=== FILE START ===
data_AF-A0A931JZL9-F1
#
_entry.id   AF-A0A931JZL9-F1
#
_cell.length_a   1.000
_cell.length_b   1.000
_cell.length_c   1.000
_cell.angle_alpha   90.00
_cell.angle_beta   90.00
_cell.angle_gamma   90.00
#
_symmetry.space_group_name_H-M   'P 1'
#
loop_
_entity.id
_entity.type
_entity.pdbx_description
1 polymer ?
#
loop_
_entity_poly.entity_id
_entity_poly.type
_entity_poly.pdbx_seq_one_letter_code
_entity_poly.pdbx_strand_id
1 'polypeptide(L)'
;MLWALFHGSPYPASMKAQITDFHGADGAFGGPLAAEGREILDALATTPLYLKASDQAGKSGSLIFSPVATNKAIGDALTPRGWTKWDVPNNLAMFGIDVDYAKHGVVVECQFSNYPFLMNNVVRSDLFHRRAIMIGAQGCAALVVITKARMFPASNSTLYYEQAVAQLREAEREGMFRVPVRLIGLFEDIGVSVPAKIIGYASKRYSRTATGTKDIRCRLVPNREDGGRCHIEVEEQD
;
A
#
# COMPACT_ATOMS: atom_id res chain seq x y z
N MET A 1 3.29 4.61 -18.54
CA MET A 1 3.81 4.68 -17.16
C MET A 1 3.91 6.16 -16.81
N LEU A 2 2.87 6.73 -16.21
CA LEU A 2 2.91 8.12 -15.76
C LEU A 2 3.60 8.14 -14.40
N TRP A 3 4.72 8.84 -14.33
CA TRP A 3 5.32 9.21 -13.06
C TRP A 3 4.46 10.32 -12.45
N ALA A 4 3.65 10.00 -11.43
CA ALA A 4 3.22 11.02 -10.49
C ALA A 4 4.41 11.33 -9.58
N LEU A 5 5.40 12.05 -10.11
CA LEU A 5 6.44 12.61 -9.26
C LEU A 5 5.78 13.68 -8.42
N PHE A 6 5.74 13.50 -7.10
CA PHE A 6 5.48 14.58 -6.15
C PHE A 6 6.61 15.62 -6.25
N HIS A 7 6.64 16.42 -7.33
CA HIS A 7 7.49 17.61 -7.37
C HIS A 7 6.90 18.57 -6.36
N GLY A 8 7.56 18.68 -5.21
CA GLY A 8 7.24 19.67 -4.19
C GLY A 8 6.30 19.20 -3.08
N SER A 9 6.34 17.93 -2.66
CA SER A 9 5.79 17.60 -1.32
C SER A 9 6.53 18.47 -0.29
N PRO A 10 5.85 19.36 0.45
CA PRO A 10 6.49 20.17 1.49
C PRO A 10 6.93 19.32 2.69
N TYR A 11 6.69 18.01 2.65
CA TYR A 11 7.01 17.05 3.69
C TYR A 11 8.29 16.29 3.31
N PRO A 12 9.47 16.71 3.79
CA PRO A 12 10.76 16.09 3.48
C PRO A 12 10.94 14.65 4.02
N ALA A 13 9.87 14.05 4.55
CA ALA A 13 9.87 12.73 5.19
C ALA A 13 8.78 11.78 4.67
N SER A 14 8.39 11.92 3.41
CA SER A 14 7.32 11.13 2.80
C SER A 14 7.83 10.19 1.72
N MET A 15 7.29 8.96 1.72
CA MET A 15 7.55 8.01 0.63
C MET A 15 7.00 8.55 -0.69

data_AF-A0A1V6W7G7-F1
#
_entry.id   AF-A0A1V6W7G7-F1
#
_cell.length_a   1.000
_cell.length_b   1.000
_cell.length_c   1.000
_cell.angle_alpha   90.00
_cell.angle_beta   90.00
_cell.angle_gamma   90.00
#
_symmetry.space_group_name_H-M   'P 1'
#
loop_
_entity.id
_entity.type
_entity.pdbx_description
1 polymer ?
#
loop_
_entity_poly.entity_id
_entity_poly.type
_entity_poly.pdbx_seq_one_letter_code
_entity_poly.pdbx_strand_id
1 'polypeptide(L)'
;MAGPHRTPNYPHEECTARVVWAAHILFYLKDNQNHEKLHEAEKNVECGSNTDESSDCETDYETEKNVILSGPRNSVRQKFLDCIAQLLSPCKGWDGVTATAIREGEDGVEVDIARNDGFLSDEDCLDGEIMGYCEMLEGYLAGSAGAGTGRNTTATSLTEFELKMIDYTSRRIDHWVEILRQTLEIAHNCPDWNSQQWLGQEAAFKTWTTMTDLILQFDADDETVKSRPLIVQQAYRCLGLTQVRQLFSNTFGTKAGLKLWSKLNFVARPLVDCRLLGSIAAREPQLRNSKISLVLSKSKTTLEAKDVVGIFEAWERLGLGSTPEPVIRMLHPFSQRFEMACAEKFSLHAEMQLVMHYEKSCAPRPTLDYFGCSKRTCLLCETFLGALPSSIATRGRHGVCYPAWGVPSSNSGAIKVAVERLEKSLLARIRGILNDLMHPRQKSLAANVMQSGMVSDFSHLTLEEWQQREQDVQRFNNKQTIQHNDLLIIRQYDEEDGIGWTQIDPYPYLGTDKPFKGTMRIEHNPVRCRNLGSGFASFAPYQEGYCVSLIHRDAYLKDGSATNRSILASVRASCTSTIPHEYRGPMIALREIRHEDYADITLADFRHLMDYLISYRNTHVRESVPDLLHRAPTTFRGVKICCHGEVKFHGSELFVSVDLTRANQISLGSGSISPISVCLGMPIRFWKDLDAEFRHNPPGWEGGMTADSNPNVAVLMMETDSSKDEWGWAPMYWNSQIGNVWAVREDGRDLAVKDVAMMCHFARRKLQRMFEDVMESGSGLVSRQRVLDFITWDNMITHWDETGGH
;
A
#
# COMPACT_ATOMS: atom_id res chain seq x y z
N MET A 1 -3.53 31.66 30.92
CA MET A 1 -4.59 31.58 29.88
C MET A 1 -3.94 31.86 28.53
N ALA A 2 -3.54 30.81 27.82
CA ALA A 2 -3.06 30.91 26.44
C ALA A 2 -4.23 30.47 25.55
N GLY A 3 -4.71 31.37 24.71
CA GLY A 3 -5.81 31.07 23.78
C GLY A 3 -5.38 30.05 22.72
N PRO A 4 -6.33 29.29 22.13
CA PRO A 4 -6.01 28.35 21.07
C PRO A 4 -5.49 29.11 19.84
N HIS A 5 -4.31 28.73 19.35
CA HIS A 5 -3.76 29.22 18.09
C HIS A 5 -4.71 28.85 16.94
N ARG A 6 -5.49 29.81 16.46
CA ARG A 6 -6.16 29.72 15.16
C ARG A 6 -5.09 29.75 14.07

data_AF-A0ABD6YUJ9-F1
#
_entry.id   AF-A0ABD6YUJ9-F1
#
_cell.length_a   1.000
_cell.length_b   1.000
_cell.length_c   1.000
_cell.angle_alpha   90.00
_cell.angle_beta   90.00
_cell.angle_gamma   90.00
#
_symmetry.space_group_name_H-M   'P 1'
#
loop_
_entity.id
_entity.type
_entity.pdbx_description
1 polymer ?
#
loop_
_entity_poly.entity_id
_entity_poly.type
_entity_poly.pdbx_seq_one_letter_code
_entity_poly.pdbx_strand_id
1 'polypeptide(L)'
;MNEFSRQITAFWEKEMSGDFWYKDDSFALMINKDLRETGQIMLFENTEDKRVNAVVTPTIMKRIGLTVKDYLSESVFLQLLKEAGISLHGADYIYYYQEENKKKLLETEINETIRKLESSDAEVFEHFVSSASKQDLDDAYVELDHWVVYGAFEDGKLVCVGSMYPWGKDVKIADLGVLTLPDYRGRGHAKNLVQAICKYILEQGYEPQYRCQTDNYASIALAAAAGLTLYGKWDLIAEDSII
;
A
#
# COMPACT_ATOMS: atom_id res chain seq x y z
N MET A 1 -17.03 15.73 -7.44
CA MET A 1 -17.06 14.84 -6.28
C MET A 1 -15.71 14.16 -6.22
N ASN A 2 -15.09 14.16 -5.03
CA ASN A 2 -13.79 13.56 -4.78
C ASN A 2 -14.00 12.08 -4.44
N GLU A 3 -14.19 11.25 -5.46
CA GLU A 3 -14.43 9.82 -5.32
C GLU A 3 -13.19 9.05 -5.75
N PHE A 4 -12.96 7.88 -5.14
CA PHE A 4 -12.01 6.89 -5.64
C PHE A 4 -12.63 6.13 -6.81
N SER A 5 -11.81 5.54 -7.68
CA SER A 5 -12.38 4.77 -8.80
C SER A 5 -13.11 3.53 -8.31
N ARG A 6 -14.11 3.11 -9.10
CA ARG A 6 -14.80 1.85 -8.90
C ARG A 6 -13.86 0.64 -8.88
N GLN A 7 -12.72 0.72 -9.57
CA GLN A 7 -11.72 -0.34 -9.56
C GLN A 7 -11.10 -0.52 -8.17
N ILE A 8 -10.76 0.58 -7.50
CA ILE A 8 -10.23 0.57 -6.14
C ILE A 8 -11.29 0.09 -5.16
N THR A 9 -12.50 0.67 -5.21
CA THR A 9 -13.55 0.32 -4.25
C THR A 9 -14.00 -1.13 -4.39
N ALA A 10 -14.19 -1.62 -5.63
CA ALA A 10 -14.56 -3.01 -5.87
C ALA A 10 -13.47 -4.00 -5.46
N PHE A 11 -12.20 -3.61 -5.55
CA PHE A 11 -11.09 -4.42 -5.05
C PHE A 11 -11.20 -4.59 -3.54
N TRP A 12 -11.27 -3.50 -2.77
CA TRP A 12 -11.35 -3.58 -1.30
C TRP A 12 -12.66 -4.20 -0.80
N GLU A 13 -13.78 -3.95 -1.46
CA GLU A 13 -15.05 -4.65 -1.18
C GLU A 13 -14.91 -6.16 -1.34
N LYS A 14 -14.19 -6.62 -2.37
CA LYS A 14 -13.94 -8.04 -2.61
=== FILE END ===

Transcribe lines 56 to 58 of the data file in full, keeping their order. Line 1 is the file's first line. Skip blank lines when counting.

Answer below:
CA SER A 9 5.79 17.60 -1.32
C SER A 9 6.53 18.47 -0.29
N PRO A 10 5.85 19.36 0.45